Currently, a lot of what passes as consultation with community people is actually about persuading them to agree to decisions that have already been taken. This is tokenism. To ensure that sort of consultation doesn’t occur, the Walk Together Design advocates that the decision-making process at the outset, and for some period, is facilitated to ensure the process is properly shared.
Governments at all levels have always found difficulty working and walking in partnership with Indigenous people. The history of government strategies in Indigenous affairs has generally demonstrated control via policy, or an attempt, often subconsciously, to assimilate Indigenous people.
Businesses generally do not view Indigenous people and their well-being as core business, which it isn’t. So their contributions are generally, directed by government legislation or policy for example, Indigenous employment targets and funding made as percentage of income to traditional owners. And service organisations are driven by government or business requirements in terms of meeting compliance requirements for contributions to the organisations.
The Community-Initiated principle, therefore, is that each community or entity to be involved in a change process must be given the chance to understand the purpose and process of a desired change, and either elect to participate or decide what will need to alter so it wants to participate. And it is made clear at the same time that partnerships are crucial in initiate change: not that Indigenous people people must walk alone. Anything else makes a mockery of the Walk Together Philosophy of Mutual Ways.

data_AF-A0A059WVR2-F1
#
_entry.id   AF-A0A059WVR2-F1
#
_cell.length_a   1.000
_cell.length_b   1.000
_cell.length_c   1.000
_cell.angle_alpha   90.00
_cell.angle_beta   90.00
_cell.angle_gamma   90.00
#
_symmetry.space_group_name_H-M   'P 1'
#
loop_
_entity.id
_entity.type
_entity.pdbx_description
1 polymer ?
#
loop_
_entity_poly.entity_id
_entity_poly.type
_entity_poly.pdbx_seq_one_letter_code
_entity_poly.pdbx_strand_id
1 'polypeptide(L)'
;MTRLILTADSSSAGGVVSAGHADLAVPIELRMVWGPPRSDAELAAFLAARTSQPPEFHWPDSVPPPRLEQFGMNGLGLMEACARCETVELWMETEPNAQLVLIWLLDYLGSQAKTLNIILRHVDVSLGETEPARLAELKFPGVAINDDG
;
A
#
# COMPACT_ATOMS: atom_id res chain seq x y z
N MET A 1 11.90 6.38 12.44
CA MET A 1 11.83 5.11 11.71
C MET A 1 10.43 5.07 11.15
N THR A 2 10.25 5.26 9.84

An Aboriginal man from the Kimberley, Western Australia some two decades ago, told us, “You want a partnership with us, start with one: don’t try to finish with one.” So many of the principles that follow.
Community-Initiated in the list of eight will have no chance of being effective unless the first is undertaken sincerely, with the view it will be continued for the duration of the Design process.
Imagine the difficulties with the remaining principles, such as Two-Way or Partnerships, if Community-Initiated were not part of the process.